Parsee children are formally indoctrinated between the ages of seven and fifteen. They are required to repeat the creed and vow to adhere to the perlect religion given to the world by Zoroaster. The child is then invested with the Kusti, the sacred cord or girdle, which he has to have on his person ail his life. He has also to promise to perlorm good thoughts, good words, and good deeds. Daily prayer includes the repetition of this declaration three or four times every twenty-four hours.
The Parsees are one of the smallest religious communities in India. But they are weil established in business and are weil known for their philanthropy.
It is perhaps the only community which is entirely urban with no representation in agriculture and similar rural pursuits. Its survival on what initially was foreign soil in the face of adverse circumstances testifies to the tenacity of the faith of those few who believe in Zoroaster.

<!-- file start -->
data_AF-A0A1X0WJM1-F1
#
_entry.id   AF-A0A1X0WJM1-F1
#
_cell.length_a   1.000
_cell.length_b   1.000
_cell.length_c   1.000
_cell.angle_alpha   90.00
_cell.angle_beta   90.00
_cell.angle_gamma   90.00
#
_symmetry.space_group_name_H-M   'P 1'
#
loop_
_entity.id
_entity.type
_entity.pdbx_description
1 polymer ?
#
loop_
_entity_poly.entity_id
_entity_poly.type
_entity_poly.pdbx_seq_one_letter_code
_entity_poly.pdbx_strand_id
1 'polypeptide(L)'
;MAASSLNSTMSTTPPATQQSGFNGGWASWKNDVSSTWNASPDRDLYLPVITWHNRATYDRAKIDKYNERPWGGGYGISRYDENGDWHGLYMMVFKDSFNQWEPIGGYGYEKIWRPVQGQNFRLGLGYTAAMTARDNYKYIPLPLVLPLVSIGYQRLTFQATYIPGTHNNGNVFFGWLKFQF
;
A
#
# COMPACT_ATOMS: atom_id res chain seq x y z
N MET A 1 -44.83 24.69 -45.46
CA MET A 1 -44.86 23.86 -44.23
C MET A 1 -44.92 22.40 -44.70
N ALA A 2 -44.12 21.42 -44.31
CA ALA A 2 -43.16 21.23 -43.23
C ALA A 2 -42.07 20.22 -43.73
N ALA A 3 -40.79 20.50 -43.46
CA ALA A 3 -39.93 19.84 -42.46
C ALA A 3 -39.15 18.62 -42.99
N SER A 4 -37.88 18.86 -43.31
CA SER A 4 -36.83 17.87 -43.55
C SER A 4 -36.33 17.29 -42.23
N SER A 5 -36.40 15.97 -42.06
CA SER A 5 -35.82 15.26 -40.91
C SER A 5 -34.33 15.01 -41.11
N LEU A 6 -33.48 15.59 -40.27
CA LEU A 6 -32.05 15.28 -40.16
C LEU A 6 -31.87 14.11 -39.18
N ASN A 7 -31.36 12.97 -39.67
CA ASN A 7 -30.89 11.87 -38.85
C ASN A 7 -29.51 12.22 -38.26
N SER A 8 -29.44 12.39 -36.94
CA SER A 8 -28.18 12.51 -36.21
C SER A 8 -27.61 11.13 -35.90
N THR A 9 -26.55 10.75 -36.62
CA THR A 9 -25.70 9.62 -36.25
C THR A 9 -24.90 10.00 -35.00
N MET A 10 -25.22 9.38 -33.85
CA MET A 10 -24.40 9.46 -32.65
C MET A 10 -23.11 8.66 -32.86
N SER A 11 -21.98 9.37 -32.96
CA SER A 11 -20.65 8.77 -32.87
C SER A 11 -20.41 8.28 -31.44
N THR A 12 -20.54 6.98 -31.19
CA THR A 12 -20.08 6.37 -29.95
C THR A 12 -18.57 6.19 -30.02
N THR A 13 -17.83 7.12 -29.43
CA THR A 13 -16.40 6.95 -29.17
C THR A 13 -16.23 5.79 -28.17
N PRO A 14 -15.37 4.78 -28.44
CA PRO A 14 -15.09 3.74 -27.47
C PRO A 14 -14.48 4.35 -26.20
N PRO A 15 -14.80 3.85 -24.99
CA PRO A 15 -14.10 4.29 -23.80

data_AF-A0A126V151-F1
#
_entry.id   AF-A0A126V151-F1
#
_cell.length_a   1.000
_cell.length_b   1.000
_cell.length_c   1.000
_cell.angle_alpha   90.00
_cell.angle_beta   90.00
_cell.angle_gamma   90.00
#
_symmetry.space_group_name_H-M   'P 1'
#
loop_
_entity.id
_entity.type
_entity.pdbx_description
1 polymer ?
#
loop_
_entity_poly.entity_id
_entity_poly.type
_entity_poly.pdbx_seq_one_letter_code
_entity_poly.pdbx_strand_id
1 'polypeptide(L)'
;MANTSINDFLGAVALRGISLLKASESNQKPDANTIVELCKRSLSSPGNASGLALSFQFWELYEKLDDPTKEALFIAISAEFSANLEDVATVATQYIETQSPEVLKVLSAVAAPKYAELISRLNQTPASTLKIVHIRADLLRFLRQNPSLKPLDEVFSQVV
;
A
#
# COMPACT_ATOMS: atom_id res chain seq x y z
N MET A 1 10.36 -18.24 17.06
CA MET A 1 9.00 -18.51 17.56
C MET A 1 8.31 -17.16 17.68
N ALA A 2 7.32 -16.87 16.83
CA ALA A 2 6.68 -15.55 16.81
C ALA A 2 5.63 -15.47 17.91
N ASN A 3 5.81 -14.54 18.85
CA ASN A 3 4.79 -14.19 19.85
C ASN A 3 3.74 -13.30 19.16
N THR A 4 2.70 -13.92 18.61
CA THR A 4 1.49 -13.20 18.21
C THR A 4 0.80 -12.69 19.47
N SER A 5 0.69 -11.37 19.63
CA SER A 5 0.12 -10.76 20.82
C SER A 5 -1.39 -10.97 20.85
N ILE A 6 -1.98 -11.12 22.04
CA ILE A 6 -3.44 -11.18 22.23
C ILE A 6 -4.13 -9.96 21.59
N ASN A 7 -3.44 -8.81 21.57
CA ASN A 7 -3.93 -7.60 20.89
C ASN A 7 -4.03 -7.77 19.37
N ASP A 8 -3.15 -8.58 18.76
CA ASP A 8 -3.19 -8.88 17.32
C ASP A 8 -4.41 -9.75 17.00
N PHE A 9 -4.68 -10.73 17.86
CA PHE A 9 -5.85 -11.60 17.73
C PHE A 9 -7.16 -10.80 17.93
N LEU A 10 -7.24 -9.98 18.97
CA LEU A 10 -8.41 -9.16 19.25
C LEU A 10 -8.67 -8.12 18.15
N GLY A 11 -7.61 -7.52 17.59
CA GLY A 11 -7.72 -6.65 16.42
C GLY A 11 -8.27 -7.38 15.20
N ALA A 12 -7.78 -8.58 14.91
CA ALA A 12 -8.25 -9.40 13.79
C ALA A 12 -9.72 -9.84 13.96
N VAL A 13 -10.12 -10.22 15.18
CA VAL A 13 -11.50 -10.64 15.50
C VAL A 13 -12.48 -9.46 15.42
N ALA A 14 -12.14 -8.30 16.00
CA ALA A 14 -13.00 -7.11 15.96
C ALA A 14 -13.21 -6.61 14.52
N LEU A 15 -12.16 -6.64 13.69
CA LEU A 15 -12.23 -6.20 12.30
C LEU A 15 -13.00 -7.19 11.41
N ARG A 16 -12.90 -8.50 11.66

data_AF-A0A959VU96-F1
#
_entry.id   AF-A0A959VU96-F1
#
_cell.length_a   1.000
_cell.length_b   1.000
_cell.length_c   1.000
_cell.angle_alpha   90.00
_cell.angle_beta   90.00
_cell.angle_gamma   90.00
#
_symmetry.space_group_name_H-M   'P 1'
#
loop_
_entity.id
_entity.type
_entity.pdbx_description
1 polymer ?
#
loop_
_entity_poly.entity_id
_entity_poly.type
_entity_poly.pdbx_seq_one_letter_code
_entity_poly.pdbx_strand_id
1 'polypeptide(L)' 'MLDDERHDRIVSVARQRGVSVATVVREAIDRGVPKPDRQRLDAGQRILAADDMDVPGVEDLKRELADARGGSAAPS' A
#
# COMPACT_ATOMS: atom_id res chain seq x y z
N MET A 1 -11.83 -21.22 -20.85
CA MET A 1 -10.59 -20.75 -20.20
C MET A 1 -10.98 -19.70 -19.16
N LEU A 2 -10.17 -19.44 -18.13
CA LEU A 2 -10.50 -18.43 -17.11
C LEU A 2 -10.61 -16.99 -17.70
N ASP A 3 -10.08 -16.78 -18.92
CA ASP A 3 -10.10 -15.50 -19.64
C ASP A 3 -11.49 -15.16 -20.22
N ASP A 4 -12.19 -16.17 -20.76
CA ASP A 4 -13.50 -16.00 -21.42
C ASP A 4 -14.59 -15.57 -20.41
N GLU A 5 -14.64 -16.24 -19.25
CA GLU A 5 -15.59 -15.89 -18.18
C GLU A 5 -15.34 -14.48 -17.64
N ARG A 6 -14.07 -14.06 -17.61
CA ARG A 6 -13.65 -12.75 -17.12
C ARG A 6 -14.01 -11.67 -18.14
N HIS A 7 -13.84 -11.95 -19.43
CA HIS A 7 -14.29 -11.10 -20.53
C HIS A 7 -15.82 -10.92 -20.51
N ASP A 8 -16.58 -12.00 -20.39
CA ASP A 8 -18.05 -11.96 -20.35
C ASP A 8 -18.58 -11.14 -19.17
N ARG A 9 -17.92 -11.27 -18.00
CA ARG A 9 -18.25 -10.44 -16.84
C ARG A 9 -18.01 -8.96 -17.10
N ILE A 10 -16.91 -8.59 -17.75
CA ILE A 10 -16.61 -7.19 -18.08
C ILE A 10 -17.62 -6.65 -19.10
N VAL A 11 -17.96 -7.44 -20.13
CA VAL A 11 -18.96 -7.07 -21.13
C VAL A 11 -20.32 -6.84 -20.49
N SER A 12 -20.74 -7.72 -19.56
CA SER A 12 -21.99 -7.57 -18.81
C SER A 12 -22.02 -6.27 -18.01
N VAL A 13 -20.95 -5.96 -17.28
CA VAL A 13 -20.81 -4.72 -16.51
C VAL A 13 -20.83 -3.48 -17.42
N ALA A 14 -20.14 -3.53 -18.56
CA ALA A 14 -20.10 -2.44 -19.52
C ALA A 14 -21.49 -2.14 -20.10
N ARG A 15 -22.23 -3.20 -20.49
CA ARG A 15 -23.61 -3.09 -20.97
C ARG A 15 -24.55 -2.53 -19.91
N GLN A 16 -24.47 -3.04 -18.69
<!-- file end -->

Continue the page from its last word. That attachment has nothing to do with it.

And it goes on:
JAINISM
Jainism as it is practised today is hardly distinguishable from Hinduism, but it claims to have older origins. Its relation to Brahmanical Hinduism is however a matter of dispute. What seems clear to outsiders is that they have many features in common including the belief in rebirth and Karma. Hindu priests can and often do officiate in Jain temples; many Jains join the Hindu fold; and Jain ascetics are venerated by both classes. The exact number of Jains in India has not been computed. But the most prominent group of Jains is the Marwaris, who dominate Indian commerce.